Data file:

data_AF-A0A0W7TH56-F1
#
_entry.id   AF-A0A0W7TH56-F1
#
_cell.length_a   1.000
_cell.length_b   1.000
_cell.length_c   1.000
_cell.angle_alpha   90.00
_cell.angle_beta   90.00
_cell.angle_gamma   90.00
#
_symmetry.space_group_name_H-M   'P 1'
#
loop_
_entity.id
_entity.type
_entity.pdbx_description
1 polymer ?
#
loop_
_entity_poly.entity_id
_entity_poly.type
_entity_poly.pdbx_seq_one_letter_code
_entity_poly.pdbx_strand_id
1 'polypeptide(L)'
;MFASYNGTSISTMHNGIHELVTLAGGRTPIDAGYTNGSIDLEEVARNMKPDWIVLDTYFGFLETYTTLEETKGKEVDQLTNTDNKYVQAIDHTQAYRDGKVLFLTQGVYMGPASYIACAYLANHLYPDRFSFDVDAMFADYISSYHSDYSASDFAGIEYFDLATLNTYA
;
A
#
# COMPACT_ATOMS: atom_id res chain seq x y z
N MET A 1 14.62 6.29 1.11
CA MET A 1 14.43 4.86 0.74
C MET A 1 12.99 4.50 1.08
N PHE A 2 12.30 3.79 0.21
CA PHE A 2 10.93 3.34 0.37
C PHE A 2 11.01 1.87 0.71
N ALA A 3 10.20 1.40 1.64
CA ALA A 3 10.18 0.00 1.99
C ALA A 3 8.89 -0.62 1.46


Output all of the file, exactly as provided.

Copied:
data_AF-A0A0W7TH56-F1
#
_entry.id   AF-A0A0W7TH56-F1
#
_cell.length_a   1.000
_cell.length_b   1.000
_cell.length_c   1.000
_cell.angle_alpha   90.00
_cell.angle_beta   90.00
_cell.angle_gamma   90.00
#
_symmetry.space_group_name_H-M   'P 1'
#
loop_
_entity.id
_entity.type
_entity.pdbx_description
1 polymer ?
#
loop_
_entity_poly.entity_id
_entity_poly.type
_entity_poly.pdbx_seq_one_letter_code
_entity_poly.pdbx_strand_id
1 'polypeptide(L)'
;MFASYNGTSISTMHNGIHELVTLAGGRTPIDAGYTNGSIDLEEVARNMKPDWIVLDTYFGFLETYTTLEETKGKEVDQLTNTDNKYVQAIDHTQAYRDGKVLFLTQGVYMGPASYIACAYLANHLYPDRFSFDVDAMFADYISSYHSDYSASDFAGIEYFDLATLNTYA
;
A
#
# COMPACT_ATOMS: atom_id res chain seq x y z
N MET A 1 14.62 6.29 1.11
CA MET A 1 14.43 4.86 0.74
C MET A 1 12.99 4.50 1.08
N PHE A 2 12.30 3.79 0.21
CA PHE A 2 10.93 3.34 0.37
C PHE A 2 11.01 1.87 0.71
N ALA A 3 10.20 1.40 1.64
CA ALA A 3 10.18 0.00 1.99
C ALA A 3 8.89 -0.62 1.46